Anyway, the Chardonnay from Ingle Vineyard started coming in today. A very acceptable 21.5 to 22 degres Brix with pH's in the 3.2-3.3 range, and some fabulous flavours and aromas -- lemon, melon, a bit of green apple and some grass. Should make a couple of excellent single vineyard wines, or possible a Reserve wine, in the coming months and years. Once again, tonnage is an issue. The vines on the west side of Canandaigua Lake didn't necessarily like last winter too much. Last year was also a bumper crop from these vines, and yields tend to be cyclical -- abundant one year, not as much the next. The weather conditions the previous year during the period when these vines were setting buds for this year also plays a part.
The last few days saw us moving a lot of juice off lees in the Cellar to prepare them for fermentation. We also spent quite a bit of time inoculating some juices that were ready to go and managing some fermentations that were already started. The Ingle Vineyard Pinot Noir is pretty much done fermenting and is undergoing a bit of a longer maceration to extract some extra flavour and aromas. Wonderful berry fruit and rose petals or aromas of violets are coming through on the nose. We will likely press it out early next week.
More low-lying clouds this morning, with the heaviest bit seeming to be sitting right at the entrance to the Winery on County Rte 76, making visibility limited. The headlights of an oncoming SUV only appeared through the fog about 20 feet, making the left turn up the drive a bit more exciting than necessary. By the time I reached the lower parking lot, I was above the clouds, and the Winery sat majestically in front of me.
Lots of stuff to do today. It began with the return of some barrels we had stored off-site for awhile in order to complete the Cooling Project in the Cold Room. Most of the barrels were 2012 reds that will come out of barrels shortly, soon to be refilled with some of this year's bounty. A slow moving project what with the press pad being somewhat cluttered with the various pieces of equipment needed to process the grapes coming in.
First load in: 7.3 ton of Pinot Blanc from Jeff Morris over on the west side of Seneca Lake. Nice and clean and 21 degrees Brix. Luvly Jubbly! A bit more than originally estimated earlier in the week, so a nice surprise and may lead to a nicer surprise sometime next Summer. Wink! Wink! Prior to the first press load being finished a nice little light show started, coming from the SSW. Not much rain with it, just enough to be annoying, and a few bolts in the vicinity. The show lasted on and off right through the 2nd press load, with a few lightning strikes a little too close for comfort when you're standing around all that steel.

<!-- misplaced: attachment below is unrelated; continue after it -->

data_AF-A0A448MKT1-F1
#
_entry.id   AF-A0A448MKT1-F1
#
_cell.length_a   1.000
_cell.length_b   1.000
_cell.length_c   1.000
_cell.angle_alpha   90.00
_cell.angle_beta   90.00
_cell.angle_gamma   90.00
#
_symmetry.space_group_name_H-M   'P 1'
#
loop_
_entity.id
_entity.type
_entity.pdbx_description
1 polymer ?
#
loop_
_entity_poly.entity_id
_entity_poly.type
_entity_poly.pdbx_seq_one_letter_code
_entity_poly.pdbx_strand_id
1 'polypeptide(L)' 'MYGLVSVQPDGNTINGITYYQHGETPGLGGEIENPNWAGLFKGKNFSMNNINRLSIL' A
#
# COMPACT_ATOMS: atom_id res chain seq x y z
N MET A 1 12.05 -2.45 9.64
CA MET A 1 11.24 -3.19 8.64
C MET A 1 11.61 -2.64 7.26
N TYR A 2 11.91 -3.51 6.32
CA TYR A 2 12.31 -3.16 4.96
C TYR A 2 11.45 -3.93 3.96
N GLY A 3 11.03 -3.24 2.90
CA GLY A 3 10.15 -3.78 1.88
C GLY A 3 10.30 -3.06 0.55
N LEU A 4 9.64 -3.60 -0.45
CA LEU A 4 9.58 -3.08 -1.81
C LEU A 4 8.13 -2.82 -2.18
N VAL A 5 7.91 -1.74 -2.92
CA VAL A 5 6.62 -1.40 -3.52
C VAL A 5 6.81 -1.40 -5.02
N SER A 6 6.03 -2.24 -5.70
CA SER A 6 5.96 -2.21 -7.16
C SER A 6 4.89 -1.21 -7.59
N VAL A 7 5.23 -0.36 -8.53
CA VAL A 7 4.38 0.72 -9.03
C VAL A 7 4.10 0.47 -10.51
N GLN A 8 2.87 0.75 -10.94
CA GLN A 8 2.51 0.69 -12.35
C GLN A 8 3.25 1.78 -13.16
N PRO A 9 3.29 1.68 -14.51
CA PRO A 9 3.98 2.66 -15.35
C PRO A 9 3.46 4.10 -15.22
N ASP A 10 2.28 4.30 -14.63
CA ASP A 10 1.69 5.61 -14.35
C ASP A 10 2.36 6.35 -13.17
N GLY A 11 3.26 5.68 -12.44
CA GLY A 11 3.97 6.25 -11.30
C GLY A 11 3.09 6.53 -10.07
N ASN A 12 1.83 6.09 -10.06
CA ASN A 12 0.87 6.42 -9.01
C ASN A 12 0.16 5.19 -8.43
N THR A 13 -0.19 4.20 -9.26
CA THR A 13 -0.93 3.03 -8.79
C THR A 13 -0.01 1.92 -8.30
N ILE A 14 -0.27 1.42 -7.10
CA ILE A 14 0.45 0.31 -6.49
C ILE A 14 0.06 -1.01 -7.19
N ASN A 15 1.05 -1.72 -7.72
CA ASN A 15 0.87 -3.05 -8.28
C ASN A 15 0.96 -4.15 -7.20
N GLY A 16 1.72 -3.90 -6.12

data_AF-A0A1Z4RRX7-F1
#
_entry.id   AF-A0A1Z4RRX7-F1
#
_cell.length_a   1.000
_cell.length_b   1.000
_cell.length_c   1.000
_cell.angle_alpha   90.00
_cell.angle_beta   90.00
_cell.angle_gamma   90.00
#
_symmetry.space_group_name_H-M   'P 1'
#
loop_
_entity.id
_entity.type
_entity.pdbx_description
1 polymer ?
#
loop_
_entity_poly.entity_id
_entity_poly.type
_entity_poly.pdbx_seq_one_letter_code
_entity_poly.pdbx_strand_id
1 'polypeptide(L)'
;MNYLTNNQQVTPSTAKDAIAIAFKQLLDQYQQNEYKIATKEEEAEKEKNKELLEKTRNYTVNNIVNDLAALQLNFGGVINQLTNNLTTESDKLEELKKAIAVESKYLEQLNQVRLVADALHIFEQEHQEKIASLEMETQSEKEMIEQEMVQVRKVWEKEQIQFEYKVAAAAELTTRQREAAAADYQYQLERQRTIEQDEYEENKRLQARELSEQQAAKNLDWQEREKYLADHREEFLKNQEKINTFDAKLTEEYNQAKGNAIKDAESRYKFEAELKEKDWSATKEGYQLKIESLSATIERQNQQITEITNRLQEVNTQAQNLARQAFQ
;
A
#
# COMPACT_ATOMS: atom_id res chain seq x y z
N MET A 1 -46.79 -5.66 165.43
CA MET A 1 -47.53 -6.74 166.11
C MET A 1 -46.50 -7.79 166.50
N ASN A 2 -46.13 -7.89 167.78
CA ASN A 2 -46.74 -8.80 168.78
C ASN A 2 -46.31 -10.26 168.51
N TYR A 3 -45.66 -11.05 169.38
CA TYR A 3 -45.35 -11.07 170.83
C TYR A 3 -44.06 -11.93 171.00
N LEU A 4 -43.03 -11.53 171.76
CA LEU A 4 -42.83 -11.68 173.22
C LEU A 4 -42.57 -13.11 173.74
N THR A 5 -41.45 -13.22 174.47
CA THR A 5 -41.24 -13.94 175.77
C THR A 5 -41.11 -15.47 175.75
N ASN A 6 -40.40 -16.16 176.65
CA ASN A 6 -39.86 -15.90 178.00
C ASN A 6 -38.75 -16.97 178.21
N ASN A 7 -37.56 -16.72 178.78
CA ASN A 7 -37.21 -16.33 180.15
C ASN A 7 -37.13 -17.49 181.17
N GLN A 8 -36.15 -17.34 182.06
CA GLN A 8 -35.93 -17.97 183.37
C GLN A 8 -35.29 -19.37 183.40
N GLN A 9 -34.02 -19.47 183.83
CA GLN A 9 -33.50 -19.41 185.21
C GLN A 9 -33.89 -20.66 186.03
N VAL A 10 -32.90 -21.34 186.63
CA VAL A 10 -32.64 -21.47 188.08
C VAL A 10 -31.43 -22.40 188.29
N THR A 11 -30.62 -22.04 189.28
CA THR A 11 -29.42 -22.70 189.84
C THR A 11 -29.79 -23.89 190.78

During late afternoon we saw the arrival of the first grapes from John and Jo's Ingle Vineyard on the west side of Canandaigua Lake. Pinot Noir showing very nicely at this stage. Clean fruit. Just wish we had a bit more of it. The brutal Winter we experienced last year had a devastating effect on many varieties throughout the Finger Lakes, with Pinot and Merlot being particularly impacted. The exceptional weather we have experienced the last few weeks has helped out nicely in the development of ripening in all varieties after a late start to the Season. When it was still in the 40s in May the outlook wasn't as cheery.
Well, almost time for a pizza and a beer, then bed!
Mark Patterson joined the Heron Hill winemaking team in May 2014. Mark will provide updates throughout Harvest 2014.
Our Harvest 2014 began on Friday, September 26, after the first day was pre-empted due to our Glycol Cooling System not being available. First in: 3.42 ton of Seyval Blanc destined for Game Bird in a few months. A soft start, really, but one that helps get a few "gremlins" out of the way.
A bit of an inauspicious beginning Friday morning, with some fog cover as I drove up the hill from Hammondsport on County Route 76. Starting just before Keuka Lake Vineyards the fog grew heavy. Visibility was limited to only a few feet. A real Pea Souper. Just as I approached the beginning of the estate vineyards at Heron Hill, there was a break in the miasma -- glorious sunshine broke through all around.
(A first day of Harvest ritual -- here's Mark wearing his utility kilt)
After some last minute set-up, the load arrived from one of our contract growers near Penn Yan and the first grapes of the Season found their way into the hopper for processing, through the crusher-destemmer, and onwards into the Press. The Press was started and the first juices began to drip into the Press pan at 21 degrees Brix! The juice was pumped into a jacketed tank for cold-settling of the bits of skin, pulp, and other detritus that we don't want in our clarified juice during fermentation and the first day of Crush was coming to a close.
As the other lads began breaking down the crusher-destemmer, hopper and lines for clean-up, it was time to tackle some Marechal Foch that had been 'hot-pressed' for us at another facility. Hot-pressing is widely used to process French-American Hybrids like Foch, DeChaunac and Baco Noir in order to tone down some of the more, let's call them, 'interesting' flavours and aromas found pre- and post-fermentation in these cultivars. About 1500 gL put to bed to settle for a few days under cooling, and it was time for this lad to toast the arrival of a new Crush with several pints of IPA and a Fish Fry!